In many traditional (premodern) societies, intimate conversations (movement of Quad Three material to Quad One) readily occur in front of a slave or servant. The latter person is not even considered a part of the social system in which the disclosure takes place. Thus, in a paradoxical manner, the discloser may actually be reinforcing his power by being open “in front of” (but with minimal acknowledgement of) the powerless person.
Those aligned with the Continental school also want to know where the disclosure takes place. Does it occur in the bedroom, in the bathroom, or in the Board room? As I mentioned previously, Richard Sennett suggests in European society that the location of disclosure has shifted during the past three centuries from public to private (home) setting. In many premodern societies, a special room (parlor or drawing room) has been set aside for disclosure. There were also men’s clubs or spas (and, in some communities, women’s clubs or spas) where certain kinds of disclosure took place. A similar role was played during modern times by the “den” or “rec room” and, in public, by restrictive social clubs (Elks, Moose, Masons, Knights of Columbus, and so forth).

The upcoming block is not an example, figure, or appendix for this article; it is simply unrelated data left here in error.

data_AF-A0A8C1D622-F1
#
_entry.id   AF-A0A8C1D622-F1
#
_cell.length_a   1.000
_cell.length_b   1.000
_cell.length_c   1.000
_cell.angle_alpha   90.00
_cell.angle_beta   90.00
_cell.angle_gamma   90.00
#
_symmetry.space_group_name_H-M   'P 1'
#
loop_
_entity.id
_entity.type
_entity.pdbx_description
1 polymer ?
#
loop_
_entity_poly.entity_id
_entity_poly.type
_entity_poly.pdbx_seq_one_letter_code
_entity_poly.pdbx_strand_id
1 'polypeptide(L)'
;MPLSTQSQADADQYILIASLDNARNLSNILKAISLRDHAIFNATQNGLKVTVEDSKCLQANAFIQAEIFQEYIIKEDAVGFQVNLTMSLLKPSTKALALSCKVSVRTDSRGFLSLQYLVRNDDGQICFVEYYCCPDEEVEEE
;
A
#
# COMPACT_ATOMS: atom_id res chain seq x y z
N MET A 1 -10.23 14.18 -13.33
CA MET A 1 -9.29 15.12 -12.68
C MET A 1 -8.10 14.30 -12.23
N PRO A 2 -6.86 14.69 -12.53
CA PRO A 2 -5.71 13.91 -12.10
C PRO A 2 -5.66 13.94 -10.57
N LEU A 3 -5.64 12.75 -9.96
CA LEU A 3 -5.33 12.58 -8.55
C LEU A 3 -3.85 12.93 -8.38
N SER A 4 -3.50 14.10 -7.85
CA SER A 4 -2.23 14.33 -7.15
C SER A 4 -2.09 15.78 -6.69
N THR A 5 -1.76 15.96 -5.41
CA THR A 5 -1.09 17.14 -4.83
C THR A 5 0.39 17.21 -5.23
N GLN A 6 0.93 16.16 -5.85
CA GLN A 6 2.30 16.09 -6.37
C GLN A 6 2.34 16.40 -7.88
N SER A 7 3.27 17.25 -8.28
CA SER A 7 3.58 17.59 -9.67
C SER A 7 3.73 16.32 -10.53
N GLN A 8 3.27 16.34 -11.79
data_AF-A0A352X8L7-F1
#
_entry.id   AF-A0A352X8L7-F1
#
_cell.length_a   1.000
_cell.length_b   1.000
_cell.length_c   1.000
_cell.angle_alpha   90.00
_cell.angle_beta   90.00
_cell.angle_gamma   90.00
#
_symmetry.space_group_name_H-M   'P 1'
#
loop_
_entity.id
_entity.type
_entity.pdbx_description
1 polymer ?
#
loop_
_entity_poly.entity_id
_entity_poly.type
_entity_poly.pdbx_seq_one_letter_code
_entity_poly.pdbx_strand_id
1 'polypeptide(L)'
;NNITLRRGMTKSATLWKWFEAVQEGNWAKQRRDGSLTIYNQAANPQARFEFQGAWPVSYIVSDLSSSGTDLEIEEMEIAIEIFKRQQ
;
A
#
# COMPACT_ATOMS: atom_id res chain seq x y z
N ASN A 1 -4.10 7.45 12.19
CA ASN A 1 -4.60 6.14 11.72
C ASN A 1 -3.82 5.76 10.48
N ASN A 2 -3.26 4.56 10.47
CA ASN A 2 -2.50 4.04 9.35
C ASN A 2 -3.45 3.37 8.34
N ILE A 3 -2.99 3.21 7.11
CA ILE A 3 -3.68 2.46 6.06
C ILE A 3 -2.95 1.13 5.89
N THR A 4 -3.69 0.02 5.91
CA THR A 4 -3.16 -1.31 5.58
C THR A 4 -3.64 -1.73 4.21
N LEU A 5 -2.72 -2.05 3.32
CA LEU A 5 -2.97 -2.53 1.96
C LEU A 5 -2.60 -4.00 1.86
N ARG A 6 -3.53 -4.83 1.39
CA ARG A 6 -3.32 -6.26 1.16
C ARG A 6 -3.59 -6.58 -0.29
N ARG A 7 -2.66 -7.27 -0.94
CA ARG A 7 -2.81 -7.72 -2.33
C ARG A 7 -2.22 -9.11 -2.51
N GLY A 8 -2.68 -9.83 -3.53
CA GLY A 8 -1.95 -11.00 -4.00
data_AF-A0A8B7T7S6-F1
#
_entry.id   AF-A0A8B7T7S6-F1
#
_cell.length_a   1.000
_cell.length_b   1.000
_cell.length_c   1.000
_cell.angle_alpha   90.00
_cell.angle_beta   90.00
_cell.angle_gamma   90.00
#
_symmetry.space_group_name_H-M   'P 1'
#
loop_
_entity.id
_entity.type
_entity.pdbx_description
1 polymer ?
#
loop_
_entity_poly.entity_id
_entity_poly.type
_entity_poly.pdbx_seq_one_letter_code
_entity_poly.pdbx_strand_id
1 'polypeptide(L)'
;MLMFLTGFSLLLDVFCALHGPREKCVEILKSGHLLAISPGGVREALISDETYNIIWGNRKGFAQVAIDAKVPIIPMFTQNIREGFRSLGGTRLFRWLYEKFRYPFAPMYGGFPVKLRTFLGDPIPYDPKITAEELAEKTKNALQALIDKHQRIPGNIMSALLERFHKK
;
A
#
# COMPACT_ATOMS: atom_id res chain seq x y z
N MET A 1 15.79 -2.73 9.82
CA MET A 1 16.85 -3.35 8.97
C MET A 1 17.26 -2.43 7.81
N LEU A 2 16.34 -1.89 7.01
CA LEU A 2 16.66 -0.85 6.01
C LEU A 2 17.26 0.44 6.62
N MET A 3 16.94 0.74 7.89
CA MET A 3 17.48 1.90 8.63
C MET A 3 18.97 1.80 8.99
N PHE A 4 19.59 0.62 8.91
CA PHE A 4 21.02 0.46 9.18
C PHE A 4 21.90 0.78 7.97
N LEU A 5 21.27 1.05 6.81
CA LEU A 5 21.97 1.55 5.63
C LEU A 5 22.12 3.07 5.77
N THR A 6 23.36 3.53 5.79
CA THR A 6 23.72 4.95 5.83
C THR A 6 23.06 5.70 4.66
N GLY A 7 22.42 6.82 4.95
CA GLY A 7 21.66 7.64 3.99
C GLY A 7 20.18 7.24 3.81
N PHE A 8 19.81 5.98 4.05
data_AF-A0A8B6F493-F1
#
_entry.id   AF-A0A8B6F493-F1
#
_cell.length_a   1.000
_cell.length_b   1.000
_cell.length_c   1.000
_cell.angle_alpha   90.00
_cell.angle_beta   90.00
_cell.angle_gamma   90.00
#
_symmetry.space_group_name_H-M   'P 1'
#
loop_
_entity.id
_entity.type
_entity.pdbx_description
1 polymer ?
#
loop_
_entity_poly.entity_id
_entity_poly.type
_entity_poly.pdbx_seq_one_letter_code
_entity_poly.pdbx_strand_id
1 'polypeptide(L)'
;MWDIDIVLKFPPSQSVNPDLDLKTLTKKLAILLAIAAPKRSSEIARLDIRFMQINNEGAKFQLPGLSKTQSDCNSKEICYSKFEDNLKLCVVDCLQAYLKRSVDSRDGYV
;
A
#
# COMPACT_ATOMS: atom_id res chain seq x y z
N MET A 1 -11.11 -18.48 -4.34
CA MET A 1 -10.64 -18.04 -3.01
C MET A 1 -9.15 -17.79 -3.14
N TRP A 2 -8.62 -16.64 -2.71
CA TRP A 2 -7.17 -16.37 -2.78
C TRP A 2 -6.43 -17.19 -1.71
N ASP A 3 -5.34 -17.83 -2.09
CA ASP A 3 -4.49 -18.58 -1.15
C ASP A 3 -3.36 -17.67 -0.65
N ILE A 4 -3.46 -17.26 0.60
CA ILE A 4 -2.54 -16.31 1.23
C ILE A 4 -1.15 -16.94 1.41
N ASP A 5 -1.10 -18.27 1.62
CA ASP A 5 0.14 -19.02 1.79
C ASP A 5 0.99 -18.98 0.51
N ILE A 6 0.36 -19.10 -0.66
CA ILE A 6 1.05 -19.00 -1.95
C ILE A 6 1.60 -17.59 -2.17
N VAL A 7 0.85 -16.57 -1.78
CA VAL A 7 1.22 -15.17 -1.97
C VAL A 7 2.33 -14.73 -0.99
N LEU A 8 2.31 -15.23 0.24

What about in postmodern societies? Is the virtual chat room the new setting for disclosure? Are we likely to find disclosure more often (and successfully) promoted in the life-style enclaves that I described in Chapter Two? Are men and women most open with one another when they are talking about their antique cars (and their personal lives) at a weekend auto show or about their children (and themselves) at the Saturday soccer game? The Continental school encourages us to focus on these settings. It asks us what the settings tell us about the nature of the disclosure that occurs and about the nature of the social constructions and narratives that attend these disclosures and specific settings.